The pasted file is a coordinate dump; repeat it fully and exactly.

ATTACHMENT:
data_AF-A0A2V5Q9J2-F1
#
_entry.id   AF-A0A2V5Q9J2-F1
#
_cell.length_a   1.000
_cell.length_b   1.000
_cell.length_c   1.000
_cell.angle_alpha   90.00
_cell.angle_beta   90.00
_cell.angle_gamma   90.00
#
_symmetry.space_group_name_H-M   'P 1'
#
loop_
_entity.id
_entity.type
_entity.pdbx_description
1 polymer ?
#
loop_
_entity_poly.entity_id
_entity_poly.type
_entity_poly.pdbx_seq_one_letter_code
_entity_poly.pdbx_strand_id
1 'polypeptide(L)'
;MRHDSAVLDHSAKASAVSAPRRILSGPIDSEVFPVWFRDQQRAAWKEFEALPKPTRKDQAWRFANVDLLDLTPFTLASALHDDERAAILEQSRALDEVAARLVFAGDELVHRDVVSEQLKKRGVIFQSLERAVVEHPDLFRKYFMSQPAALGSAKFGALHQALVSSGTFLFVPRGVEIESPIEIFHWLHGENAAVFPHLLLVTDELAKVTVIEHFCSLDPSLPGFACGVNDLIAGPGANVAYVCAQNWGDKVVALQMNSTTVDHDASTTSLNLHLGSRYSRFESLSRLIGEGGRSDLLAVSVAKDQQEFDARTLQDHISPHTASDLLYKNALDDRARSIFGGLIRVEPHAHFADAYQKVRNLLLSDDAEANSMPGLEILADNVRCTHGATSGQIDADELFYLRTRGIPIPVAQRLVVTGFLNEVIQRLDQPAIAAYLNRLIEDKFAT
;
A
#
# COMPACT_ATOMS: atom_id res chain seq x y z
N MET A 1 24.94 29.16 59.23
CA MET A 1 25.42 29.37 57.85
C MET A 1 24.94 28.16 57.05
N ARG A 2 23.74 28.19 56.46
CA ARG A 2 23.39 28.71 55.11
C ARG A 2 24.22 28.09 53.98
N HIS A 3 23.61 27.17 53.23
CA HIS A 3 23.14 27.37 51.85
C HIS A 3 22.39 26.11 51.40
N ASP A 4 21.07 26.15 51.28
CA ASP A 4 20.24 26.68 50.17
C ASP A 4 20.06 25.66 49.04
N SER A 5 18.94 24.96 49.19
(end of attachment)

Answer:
data_AF-A0A2V5Q9J2-F1
#
_entry.id   AF-A0A2V5Q9J2-F1
#
_cell.length_a   1.000
_cell.length_b   1.000
_cell.length_c   1.000
_cell.angle_alpha   90.00
_cell.angle_beta   90.00
_cell.angle_gamma   90.00
#
_symmetry.space_group_name_H-M   'P 1'
#
loop_
_entity.id
_entity.type
_entity.pdbx_description
1 polymer ?
#
loop_
_entity_poly.entity_id
_entity_poly.type
_entity_poly.pdbx_seq_one_letter_code
_entity_poly.pdbx_strand_id
1 'polypeptide(L)'
;MRHDSAVLDHSAKASAVSAPRRILSGPIDSEVFPVWFRDQQRAAWKEFEALPKPTRKDQAWRFANVDLLDLTPFTLASALHDDERAAILEQSRALDEVAARLVFAGDELVHRDVVSEQLKKRGVIFQSLERAVVEHPDLFRKYFMSQPAALGSAKFGALHQALVSSGTFLFVPRGVEIESPIEIFHWLHGENAAVFPHLLLVTDELAKVTVIEHFCSLDPSLPGFACGVNDLIAGPGANVAYVCAQNWGDKVVALQMNSTTVDHDASTTSLNLHLGSRYSRFESLSRLIGEGGRSDLLAVSVAKDQQEFDARTLQDHISPHTASDLLYKNALDDRARSIFGGLIRVEPHAHFADAYQKVRNLLLSDDAEANSMPGLEILADNVRCTHGATSGQIDADELFYLRTRGIPIPVAQRLVVTGFLNEVIQRLDQPAIAAYLNRLIEDKFAT
;
A
#
# COMPACT_ATOMS: atom_id res chain seq x y z
N MET A 1 24.94 29.16 59.23
CA MET A 1 25.42 29.37 57.85
C MET A 1 24.94 28.16 57.05
N ARG A 2 23.74 28.19 56.46
CA ARG A 2 23.39 28.71 55.11
C ARG A 2 24.22 28.09 53.98
N HIS A 3 23.61 27.17 53.23
CA HIS A 3 23.14 27.37 51.85
C HIS A 3 22.39 26.11 51.40
N ASP A 4 21.07 26.15 51.28
CA ASP A 4 20.24 26.68 50.17
C ASP A 4 20.06 25.66 49.04
N SER A 5 18.94 24.96 49.19